Thanks, Bas and Urs, for the pointer to Spiwak's paper. I also didn't know that one. Haven't properly looked at it, but, it seems it considers one particular quite rich system very thoroughly from the syntactic point of view. I'm hoping this'll answer some of my questions about the computational properties of the syntax. :-) On the other hand, it looks specifically classical (rather than intuitionistic) and therefore not so close to the categories we're interested in, but I may be wrong.

I'm trying to finish some notes on the model in terms of coherence spaces, now. Hopefully, that should provide some intuition for people who are familiar with coherence spaces or domain theory. At least, I think it's quite an intuitive model, myself, that is reasonably faithful to capturing the essence of the syntax. Certainly much better than the 'free models' I briefly discussed in the paper. After I finish these notes, I'll return to the syntax. :-)

Matthijs ]]>

Bas Spitters kindly points out that a dependent linear version of system L had once been considered in

- Arnaud Spiwak, section 5 of
*A dissection of L*, Logical Methods in Computer Science 1998 pdf

Have now added a pointer (just a pointer) to that to the entry, too.

]]>I see, thanks.

Looks like somebody like RAG Seely is needed once more to come and sort out the syntax-semtantics relation cleanly.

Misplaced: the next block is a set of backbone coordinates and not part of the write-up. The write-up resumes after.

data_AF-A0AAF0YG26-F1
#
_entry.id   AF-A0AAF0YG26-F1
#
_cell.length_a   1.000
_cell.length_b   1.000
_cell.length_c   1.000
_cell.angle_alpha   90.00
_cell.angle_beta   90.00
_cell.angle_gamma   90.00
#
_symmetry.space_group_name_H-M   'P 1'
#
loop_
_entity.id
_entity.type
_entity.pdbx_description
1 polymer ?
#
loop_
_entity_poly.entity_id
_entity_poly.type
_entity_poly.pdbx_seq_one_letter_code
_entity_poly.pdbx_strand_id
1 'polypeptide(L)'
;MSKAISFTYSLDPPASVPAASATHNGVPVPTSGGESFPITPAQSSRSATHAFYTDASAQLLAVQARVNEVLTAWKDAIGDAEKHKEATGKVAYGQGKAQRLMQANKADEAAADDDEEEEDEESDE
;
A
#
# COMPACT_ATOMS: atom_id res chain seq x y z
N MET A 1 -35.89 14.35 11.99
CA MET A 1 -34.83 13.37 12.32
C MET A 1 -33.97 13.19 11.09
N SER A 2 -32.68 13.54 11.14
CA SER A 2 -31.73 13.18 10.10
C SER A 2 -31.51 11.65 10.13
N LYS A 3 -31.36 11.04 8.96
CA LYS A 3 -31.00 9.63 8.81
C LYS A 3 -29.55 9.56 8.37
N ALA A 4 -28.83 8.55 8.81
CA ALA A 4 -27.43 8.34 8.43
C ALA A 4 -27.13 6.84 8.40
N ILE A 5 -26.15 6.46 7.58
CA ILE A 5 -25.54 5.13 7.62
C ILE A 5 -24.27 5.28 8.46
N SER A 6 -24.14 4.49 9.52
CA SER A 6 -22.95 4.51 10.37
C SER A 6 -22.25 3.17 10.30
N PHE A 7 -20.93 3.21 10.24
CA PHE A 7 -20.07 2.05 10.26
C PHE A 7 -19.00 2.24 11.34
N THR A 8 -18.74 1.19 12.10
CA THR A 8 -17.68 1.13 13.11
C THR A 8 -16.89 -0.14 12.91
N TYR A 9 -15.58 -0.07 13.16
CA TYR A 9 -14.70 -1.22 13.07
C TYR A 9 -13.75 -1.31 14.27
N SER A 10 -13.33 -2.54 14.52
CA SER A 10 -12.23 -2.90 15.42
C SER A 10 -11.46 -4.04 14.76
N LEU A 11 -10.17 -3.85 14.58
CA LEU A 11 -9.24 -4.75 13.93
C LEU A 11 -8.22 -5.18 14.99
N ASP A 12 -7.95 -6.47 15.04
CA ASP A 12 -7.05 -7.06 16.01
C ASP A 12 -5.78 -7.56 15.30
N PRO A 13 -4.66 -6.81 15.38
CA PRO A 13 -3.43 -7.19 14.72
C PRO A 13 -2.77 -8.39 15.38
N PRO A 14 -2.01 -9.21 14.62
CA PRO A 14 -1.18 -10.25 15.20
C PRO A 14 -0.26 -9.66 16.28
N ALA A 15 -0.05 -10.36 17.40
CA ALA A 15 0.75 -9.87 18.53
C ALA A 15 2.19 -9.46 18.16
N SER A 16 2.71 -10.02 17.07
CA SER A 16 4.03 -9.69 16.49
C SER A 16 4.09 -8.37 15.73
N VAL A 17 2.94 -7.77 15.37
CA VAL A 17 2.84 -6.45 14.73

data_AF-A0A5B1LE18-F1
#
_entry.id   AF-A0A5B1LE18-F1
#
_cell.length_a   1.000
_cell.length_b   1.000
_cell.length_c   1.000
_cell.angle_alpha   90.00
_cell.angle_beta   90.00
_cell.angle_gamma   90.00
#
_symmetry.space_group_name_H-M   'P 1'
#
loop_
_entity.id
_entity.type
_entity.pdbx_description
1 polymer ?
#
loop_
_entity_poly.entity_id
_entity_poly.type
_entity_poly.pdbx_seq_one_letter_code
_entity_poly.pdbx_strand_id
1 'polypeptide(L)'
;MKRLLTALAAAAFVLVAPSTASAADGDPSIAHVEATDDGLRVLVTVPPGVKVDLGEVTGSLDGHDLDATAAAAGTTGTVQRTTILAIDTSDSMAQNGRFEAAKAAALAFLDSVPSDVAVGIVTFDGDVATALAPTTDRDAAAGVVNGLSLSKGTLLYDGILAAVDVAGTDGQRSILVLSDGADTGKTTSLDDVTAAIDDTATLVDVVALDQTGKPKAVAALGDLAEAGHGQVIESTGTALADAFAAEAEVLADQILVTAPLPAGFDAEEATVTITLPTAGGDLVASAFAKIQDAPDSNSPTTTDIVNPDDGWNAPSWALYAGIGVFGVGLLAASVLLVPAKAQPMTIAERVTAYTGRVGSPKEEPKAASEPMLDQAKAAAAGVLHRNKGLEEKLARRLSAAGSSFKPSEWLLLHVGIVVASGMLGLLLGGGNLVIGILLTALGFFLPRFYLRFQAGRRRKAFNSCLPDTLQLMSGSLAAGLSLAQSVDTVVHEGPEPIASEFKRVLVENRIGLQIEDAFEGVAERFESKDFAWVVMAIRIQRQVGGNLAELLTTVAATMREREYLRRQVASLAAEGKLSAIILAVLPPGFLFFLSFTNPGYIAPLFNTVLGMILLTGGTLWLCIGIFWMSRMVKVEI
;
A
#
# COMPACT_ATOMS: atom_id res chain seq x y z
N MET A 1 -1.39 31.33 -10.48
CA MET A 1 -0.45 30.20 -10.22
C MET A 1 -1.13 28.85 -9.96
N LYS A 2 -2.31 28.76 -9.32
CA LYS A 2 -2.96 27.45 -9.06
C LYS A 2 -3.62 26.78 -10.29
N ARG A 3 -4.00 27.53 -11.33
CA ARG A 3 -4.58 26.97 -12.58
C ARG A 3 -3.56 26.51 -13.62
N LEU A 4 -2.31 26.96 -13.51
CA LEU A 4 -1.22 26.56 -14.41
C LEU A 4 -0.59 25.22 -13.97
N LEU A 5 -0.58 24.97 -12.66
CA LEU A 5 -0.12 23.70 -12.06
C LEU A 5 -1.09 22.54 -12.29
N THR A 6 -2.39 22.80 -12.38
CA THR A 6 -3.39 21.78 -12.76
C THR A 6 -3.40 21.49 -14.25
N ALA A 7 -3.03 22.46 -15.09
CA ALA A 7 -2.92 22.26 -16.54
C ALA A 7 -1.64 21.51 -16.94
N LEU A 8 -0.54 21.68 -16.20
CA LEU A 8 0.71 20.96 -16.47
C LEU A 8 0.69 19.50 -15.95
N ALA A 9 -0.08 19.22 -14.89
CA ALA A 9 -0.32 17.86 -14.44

]]>I suspect that a semantics of CLF in indexed closed monoidal categories would be sound but not complete. One of the key ideas of CLF was to maintain a syntactic separation between negative (or “asynchronous”) and positive (or “synchronous”) types, with the positive fragment “encapsulated in a monad” as the abstract of that tech report says (it might be better to say that the two categories of types are related by an adjunction; note that this is a bit different from the idea of a “linear-non-linear adjunction”, since here both categories of types are linear). Formally, this separation is used in order to derive a very simple equational theory: terms are only quotiented by $\alpha$-equivalence, together with a simple notion of “permutative conversion” which expresses that the monad is commutative (in fact this latter condition could be dropped and the theory would still hang together, but it is useful for the intended applications to modelling concurrency). Notice that I have not mentioned $\beta$ or $\eta$! Those are not taken as axioms—rather, the type theory is structured to maintain the invariant that all terms are fully $\beta$-reduced and $\eta$-expanded. (This was a very innovative idea at the time, since it entirely side-stepped one of the traditional thorny issues in dependent type theory.)

Since the monad/adjunction is actually present in the type theory (i.e., there is a corresponding type constructor), a complete semantics would presumably reflect this. Perhaps one could obtain a sound semantics in indexed closed monoidal categories by instantiating to the identity monad, though I haven’t checked this and don’t know if anyone else has.

As for the paper by VÃ¡kÃ¡r, well, it seems that he considers various different corners of the design space for “intuitionistic linear dependent type theory”. The specific theory ILDTT, though, does seem quite close to CLF in expressive power—in particular the restriction to types dependent on an intuitionistic context—and so I would be very interested if he could adapt his semantics to CLF (keeping in mind what I said above about the “missing monad”). This might help to resolve the conjectures listed on p.19, since these are precisely the kinds of issues which the CLF approach was designed to circumvent.

]]>